“We are starting the United Opposition and we plan to fight in the local government election, as well as the parliamentary election,” Burjanadze said.
(Democracy & Freedom Watch)

Saakashvili wants to educate Ukrainians in reforms

Former Georgian President Mikheil Saakashvili is to start a center for the study of reforms in the Ukrainian capital Kiev.

Saakashvili, who is currently in Kiev, said in an interview with a TV channel there that he wants to share his experiences with this center, which will also be an educational center.

“We will bring students, including Georgians there,” he said and claimed to be in negotiations with several universities about the plans, which also involves a center in Washington.

In the interview with Ukrainian TV, he said the fate of the region is being decided in Ukraine these days.

“Ukraine decides its own, but also Georgia’s, Moldova’s and even Russia’s fate,” he said.

Saakashvili added that Ukraine has large potential in regard to reforms, as it has an educated younger generation.

He claimed to have received several job offers in Kiev.

“Because they know I have many connections in Ukraine,” he added.
(Democracy & Freedom Watch)

Saakashvili Associate Summoned By Georgian Prosecutor

A close associate of Georgia's former President Mihkeil Saakashvili has been summoned by prosecutors for questioning.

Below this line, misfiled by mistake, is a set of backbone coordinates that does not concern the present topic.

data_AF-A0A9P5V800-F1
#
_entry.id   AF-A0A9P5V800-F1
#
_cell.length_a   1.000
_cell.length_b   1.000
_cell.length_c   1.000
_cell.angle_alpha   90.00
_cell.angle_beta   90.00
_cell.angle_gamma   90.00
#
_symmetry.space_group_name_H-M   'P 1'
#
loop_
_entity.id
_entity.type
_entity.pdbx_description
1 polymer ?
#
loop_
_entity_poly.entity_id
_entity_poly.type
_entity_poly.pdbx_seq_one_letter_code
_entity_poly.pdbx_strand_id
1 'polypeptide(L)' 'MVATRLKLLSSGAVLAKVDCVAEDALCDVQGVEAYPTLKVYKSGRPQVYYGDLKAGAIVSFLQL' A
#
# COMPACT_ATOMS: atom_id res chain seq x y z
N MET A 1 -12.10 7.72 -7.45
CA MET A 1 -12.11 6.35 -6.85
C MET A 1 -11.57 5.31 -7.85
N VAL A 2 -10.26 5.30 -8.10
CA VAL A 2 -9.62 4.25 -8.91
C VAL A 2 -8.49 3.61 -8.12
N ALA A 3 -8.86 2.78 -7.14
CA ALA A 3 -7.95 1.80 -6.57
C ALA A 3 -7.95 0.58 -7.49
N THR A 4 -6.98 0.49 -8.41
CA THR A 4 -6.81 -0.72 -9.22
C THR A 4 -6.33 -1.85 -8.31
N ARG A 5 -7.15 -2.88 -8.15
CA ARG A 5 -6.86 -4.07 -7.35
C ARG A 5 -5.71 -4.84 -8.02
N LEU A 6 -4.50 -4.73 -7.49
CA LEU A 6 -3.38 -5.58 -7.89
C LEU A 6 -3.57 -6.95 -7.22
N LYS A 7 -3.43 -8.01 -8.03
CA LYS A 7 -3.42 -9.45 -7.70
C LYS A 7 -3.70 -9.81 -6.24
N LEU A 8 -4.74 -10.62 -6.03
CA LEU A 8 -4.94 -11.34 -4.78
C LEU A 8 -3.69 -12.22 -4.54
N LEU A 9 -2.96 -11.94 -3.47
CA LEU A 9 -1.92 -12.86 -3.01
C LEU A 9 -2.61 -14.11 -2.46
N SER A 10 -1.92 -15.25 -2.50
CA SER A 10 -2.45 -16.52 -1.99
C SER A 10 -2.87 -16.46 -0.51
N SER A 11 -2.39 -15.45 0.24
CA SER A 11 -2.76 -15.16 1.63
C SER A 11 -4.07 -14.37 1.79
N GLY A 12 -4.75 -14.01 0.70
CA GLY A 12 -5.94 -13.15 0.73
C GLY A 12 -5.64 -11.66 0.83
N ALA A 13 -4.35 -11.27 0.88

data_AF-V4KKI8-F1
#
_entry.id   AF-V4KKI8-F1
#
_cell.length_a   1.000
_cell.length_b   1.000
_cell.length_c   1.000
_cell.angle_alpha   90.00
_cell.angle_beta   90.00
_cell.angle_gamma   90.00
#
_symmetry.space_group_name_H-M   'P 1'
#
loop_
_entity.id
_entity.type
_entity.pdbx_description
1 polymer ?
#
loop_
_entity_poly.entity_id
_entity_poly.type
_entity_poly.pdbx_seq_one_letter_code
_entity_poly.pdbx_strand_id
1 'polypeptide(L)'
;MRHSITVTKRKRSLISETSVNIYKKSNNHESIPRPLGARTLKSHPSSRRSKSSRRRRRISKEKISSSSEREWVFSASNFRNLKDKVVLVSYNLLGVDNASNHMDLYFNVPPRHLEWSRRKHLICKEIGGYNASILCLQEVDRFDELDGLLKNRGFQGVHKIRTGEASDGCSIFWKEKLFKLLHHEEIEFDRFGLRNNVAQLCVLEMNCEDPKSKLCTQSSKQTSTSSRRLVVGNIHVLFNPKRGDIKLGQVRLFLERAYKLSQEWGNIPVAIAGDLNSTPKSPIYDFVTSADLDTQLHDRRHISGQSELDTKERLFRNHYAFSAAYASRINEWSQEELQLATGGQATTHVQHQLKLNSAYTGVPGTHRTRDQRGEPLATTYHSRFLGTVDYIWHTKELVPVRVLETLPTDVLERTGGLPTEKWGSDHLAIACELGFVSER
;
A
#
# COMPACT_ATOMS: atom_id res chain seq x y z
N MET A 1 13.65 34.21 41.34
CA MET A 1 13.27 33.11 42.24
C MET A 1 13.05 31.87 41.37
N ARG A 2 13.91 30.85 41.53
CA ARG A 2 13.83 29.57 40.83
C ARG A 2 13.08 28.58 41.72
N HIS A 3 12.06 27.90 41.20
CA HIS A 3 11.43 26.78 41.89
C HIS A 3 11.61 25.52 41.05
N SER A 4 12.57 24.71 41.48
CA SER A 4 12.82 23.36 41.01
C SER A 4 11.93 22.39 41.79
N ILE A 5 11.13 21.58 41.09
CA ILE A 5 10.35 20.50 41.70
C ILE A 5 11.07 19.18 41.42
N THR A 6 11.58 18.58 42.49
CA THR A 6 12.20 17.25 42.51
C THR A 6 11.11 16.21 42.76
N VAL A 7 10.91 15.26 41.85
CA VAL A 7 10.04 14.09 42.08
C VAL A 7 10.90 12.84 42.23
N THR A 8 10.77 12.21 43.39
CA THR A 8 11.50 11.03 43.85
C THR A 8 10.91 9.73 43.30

The prosecutor's office said on April 4 that Giga Bokeria, the secretary of the opposition United National Movement party, will be questioned later in the day as a "witness" in connection to investigation on the misappropriation of state funds.

Bokeria, who served as secretary of the National Security Council in 2010-13, said the Prosecutor's Office is "being used as a tool of political persecution" and called the questioning politically motivated.

Last month, prosecutors summoned Saakashvili to be questioned as a witness in connection with 10 cases.

Saakashvili, who left office in November and is currently out of Georgia, refused to show up at the Prosecutor's Office and to be questioned online.
(Radio Free Europe/Radio Liberty)

U.S. House Speaker 'Troubled by Political Retribution' in Georgia

U.S. House of Representatives Speaker John Boehner said he is “deeply troubled by a pattern of ongoing harassment and detainment of former government officials as well as current opposition officials” in Georgia.